‘Denial’ might boast intriguing subject matter and a hell of a cast, but the movie also proves that good intentions can easily be undone by poor storytelling. The movie is dullsville – dry, predictable and preachy in ways that make it a tough sit.
There are pieces that work in the broken machine. However, it’s the sort of disappointment that you can’t help but lament as it limps across the screen desperately trying to find some sort of entertainment and drama in passionless routine.
Like seemingly all self-important and lazy stabs at Oscar bait, ‘Denial’ is based on a true story. In this case, it’s about a historian named Deborah Lipstadt (Rachel Weisz) who made a point of decrying the works of the infamously pompous British Holocaust denier David Irving (Timothy Spall). Always desperate for attention, Irving sued Lipstadt for libel after her book was published. Since that trial took place in the UK, the onus was on Lipstadt to prove the falsity of Irving’s absurd claims rather than the other way around. That meant that the writer would have to hire a crack British legal team to win her case. Since the movie features such charmingly authoritative Brit thesps as Andrew Scott and Tom Wilkinson as the lawyers, it’s pretty easy to assume that those folks were the best that legal system had to offer (and they’re charmers too!).
That’s a strong premise with a great villain and the story is bursting with potential to latch onto themes bubbling around the zeitgeist right now. Unfortunately, the movie doesn’t take advantage of any of those opportunities. Instead, screenwriter David Hare lays out the tale as a checklist of courtroom drama clichés, while director Mick Jackson (‘The Bodyguard’) shoots everything as flatly as possible. You could say the whole thing feels like a TV movie if that weren’t an insult to how good TV has become these days. Even without knowing the actual events, it’s pretty easy to see how this story will play out beat for beat. The filmmakers don’t bother messing with the formula they’ve chosen, and the movie never builds much momentum to carry audiences along.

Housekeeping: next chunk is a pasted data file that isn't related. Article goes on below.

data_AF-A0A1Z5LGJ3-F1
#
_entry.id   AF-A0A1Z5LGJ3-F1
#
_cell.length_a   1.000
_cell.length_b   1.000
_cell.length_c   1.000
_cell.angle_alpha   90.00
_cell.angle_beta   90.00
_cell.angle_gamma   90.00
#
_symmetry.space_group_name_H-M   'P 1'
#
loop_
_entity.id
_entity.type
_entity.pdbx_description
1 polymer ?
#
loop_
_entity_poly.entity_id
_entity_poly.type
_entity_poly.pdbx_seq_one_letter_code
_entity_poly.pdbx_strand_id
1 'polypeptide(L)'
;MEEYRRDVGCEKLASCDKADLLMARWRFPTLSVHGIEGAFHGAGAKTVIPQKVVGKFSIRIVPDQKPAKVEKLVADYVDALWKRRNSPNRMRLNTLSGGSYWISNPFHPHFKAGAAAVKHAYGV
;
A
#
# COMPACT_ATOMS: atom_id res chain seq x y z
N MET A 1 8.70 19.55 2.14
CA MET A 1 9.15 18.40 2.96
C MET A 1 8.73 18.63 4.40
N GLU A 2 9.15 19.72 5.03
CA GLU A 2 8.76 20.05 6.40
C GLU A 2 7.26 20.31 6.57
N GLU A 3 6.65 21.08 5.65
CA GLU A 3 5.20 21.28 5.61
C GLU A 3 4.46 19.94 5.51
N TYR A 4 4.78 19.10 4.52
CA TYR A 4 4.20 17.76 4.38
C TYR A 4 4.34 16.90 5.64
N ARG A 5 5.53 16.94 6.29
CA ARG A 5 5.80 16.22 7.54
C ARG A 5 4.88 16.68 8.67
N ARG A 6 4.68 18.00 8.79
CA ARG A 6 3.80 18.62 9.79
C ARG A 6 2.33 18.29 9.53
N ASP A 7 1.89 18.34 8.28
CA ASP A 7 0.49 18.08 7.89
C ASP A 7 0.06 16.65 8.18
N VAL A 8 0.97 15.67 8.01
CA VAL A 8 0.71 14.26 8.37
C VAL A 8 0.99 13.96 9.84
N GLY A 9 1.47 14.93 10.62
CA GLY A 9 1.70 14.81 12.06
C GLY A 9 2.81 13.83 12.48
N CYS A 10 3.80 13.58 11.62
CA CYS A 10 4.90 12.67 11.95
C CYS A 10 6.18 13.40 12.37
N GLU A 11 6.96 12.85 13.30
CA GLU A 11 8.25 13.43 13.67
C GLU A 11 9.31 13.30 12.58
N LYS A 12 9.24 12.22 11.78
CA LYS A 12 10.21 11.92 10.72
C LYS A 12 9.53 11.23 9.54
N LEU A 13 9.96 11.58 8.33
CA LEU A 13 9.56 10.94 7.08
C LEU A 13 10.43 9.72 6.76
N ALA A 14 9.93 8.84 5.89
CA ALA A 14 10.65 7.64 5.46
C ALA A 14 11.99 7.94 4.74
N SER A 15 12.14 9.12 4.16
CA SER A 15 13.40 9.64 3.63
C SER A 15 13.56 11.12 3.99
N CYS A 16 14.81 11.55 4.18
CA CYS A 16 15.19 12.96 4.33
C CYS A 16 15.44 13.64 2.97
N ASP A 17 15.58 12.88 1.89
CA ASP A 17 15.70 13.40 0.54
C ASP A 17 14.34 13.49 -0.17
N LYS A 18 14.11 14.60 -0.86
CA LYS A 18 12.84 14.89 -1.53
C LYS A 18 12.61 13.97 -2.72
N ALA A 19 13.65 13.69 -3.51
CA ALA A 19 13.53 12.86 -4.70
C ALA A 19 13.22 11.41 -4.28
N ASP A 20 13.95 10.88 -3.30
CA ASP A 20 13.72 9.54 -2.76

Fortunately, the cast is strong, which helps. Rachel Weisz might be dragged down by a dodgy New Yawk accent and a role oddly rooted in uncomfortable stereotypes, but she does her best to create something resembling a human under the circumstances. Timothy Spall makes for a fantastic villain, playing Irving as an overconfident and arrogant buffoon so thrilled in his own thoughts that he’s easily duped. It’s a cartoon rendition of a genuinely disturbed man, but Spall finds a certain humanity while mugging.
Unfortunately, the other roles are more plot devices and exposition delivery systems than actual characters, so there’s not much for the talented Brits playing them to do. Wilkinson and Scott coast by on the charm of their established personas, but that doesn’t do much to save the dull movie from itself.
‘Denial’ is a disappointment for anyone who genuinely cares about the story or, you know, how stories are told in general. It’s a big snoozefest masquerading as important drama that will bore those who are tired of this brand of Oscar bait. However, lazy viewers who merely want to have their liberal values confirmed within a cozy and predictable dramatic structure will likely enjoy the flick nonetheless. It’s one of those movies that people describe as “nice” because there’s nothing particularly substantial to say about it. If that’s your cup of tea, get excited. Everyone else may as well just ignore the film’s existence or wait until you can view it on a service that will allow you to skip over every scene that doesn’t feature Timothy Spall.